Journey of 100 Years: Reflections on the Centennial of Philippine Independence
PAWWA 2009, Distributed by PALH, 260 pages
"In this ambitious book, seventeen leading scholars and writers survey some significant themes and issues in the Philippines and the United States during the 20th century. We have Cecilia Manguerra Brainard on the significance of Magellan's voyage, and Edmundo F. Litton on colonialism and education. Epifanio San Juan on the Filipino diaspora, Valorie Slaughter Bejarano on Filipino life in L.A., Luisa Igloria on revolutionary Filipino women's poetry, and much more. This work offers an important insight into the history of the Philippines and will become a benchmark for future studies." ~ Roger N. Buckley, Professor of History and Director, Asian American Studies Institute, University of Connecticut.
Please, San Antonio! & Melisande in Paris: Two Novellas, Special International Edition, by Eve La Salle Caram and Cecilia Brainard
PALH, 2018, 168 pages (sc) $14.95
In Eve LaSalle Caram's Please, San Antonio!, an emotionally isolated American woman's trip to Rome becomes a powerful quest to find what she has lost: her creativiey, identity, and "an open place in her heart."
In Cecilia Manguerra Brainard's Melisande in Paris, a young seamstress from the French countryside comes to Paris to assist her dressmaker aunt, and discovers her talent, strength, and a precious "feeling of wholeness" in her new lover's arms.
Together, Caram's Beatrice and Brainard's Melisande cross geographical borders and borders of the heart with vitality and spirit, and will inspire those who believe in the possibility of heaven on earth.
A River, One Woman-Deep: Stories by Linda Ty-Casper
PALH 2017, 228 pages
ISBN 9780971945852 (sc) $18.99; 987097191945845 (hb) $29.95
Winner of the SEA Write and other Awards, Filipina writer Linda Ty-Casper, who is noted for her historical fiction set in the Philippines, presents this new story collection that includes her novella of the same title.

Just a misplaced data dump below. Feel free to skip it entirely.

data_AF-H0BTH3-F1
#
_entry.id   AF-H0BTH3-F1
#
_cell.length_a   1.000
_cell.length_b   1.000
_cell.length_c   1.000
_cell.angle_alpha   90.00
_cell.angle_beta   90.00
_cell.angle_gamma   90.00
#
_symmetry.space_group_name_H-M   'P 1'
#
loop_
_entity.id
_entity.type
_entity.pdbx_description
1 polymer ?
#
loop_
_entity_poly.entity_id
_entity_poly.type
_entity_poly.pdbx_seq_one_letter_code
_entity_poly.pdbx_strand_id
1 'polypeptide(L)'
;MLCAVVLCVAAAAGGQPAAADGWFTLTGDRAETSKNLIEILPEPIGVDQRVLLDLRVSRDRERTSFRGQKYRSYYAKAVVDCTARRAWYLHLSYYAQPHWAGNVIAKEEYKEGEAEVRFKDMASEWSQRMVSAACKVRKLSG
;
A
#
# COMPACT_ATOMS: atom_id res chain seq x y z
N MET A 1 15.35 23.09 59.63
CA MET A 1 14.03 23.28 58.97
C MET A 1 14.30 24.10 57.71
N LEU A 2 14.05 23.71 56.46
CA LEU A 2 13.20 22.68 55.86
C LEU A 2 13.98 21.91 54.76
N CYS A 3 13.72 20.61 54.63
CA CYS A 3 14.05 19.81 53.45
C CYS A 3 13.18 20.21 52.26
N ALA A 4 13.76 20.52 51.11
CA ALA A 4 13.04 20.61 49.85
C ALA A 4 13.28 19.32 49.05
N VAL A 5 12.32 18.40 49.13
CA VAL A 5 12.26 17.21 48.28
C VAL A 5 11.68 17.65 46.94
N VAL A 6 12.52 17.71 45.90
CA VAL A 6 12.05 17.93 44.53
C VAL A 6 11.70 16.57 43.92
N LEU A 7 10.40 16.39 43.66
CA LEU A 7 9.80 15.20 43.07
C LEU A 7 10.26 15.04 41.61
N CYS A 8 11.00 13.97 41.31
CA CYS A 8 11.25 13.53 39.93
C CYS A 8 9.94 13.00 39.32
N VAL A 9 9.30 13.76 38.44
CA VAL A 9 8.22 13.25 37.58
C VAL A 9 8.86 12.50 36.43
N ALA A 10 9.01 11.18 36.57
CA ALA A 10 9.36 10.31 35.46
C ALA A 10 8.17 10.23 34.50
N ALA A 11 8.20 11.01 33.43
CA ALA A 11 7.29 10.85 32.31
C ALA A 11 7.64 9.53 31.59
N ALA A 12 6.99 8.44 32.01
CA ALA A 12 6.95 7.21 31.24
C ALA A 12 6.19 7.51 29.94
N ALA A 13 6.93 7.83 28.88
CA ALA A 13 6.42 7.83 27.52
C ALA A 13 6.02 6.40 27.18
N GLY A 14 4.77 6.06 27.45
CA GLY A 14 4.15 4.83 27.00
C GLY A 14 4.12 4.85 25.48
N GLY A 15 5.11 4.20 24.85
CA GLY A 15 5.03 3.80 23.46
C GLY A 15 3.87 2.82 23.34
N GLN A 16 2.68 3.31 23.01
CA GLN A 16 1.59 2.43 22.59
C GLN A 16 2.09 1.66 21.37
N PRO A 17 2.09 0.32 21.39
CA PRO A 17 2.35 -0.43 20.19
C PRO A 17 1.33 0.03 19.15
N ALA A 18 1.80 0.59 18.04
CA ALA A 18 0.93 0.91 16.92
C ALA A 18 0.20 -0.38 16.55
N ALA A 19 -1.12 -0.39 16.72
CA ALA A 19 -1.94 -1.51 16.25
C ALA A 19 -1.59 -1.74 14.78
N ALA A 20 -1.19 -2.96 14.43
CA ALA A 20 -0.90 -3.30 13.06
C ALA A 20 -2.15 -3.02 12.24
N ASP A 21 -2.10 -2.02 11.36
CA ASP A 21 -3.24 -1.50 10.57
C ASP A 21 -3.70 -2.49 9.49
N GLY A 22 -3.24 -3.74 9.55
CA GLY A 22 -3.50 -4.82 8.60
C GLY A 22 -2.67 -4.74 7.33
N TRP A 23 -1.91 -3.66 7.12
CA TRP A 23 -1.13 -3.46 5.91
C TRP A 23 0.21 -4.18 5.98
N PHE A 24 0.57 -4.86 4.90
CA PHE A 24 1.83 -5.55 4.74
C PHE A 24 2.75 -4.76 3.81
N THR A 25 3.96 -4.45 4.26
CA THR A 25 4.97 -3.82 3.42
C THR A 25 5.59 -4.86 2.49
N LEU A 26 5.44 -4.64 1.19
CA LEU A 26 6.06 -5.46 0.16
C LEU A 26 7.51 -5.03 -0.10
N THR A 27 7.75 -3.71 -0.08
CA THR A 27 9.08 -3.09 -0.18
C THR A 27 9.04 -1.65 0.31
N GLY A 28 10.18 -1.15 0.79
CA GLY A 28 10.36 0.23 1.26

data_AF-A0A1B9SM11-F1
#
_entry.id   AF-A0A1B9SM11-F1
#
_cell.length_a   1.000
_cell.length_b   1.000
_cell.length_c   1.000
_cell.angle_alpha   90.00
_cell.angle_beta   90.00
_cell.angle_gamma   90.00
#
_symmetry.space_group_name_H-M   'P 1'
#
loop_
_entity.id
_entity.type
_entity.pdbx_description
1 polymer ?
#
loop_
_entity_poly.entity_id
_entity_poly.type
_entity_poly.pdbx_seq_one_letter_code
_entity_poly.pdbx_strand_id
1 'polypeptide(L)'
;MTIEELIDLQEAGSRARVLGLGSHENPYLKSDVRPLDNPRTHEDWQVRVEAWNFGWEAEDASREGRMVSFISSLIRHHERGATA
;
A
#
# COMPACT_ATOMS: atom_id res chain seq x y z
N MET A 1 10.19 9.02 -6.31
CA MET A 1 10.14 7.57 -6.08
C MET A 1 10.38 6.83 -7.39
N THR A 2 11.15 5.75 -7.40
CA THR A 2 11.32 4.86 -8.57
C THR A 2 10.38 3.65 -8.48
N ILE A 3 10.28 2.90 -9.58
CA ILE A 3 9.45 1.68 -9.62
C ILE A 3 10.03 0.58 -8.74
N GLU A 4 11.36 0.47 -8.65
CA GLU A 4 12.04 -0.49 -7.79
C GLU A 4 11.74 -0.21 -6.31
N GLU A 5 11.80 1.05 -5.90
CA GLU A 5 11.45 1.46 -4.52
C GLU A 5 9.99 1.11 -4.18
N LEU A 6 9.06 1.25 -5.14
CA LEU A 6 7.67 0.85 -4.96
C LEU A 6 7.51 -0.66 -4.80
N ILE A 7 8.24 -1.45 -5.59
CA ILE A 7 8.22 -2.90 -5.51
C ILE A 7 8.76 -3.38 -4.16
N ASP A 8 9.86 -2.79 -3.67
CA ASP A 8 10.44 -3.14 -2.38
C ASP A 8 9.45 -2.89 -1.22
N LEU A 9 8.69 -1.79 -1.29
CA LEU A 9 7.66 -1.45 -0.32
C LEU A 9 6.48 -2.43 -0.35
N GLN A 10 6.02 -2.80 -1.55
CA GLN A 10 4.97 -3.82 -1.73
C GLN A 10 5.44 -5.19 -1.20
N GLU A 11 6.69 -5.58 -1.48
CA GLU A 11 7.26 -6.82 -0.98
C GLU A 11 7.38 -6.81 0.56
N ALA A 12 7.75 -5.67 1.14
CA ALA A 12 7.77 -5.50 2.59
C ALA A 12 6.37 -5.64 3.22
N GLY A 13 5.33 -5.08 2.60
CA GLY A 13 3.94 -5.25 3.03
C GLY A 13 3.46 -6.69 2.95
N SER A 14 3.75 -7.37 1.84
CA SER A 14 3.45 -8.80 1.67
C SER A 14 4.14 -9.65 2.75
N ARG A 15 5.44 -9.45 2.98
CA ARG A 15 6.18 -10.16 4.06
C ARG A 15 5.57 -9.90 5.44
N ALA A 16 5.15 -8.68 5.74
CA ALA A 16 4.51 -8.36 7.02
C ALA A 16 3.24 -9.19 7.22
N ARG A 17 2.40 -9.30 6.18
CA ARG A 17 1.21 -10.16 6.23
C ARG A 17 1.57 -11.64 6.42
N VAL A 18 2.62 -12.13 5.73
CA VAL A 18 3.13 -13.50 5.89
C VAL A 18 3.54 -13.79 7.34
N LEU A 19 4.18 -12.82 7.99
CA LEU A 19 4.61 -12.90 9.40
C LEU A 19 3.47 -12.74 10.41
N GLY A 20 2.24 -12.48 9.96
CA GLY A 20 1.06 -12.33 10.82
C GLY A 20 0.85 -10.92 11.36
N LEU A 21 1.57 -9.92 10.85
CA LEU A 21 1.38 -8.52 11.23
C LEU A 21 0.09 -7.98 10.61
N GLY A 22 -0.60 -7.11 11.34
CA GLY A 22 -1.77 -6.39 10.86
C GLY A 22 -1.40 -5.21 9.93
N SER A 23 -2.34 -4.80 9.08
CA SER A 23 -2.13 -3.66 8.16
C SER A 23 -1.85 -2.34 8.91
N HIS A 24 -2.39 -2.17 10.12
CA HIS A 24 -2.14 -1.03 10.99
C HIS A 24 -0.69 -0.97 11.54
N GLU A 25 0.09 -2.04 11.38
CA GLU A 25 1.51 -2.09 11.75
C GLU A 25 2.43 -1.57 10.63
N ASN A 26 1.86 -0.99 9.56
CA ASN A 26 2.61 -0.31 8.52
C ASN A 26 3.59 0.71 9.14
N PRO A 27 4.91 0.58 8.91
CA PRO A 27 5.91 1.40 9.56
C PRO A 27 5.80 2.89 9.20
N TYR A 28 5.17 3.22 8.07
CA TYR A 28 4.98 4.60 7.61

Her novella is set during the tumultuous Estrada years from 1998 to 2001 when the Philippine president rose to power and was impeached after massive rallies. The main character is a Filipina-American who uncovers a family secret during her visit to Manila, a secret caused by another traumatic historic event in the Philippines -- World War Two. Her other stories are about Filipino and Filipino-American women.
Ty-Casper’s A River, One-Woman Deep: Stories is also published by the University of Santo Tomas Publishing House in the Philippines.
Linda Ty-Casper collects the letters to and from Leonard Casper, letters which reflect who he was to many friends, high school classmates, teachers and professors, colleagues in the Universities of Rhode Island, Ateneo University of Manila, University of the Philippines and Wisconsin, from editors of Southwest Review who encouraged Len to send stories from the European front during World War II; from Robert Penn Warren starting with his first letter of inquiry (two pages) when he began on his dissertation at the University of Wisconsin, the dissertation becoming the first book on Warren, which critics said showed the way for later books on the Southern writers. There are letters from Filipino writers Len grew to know as friends from years of teaching in the Philippines.
Email firstname.lastname@example.org or email@example.com for more information:
Journey of 100 Years: Reflections on the Centennial of Philippine Independence, Ed Edmundo Litton
Please, San Antonio! & Melisande in Paris by Eve La Salle Caram and Cecilia Brainard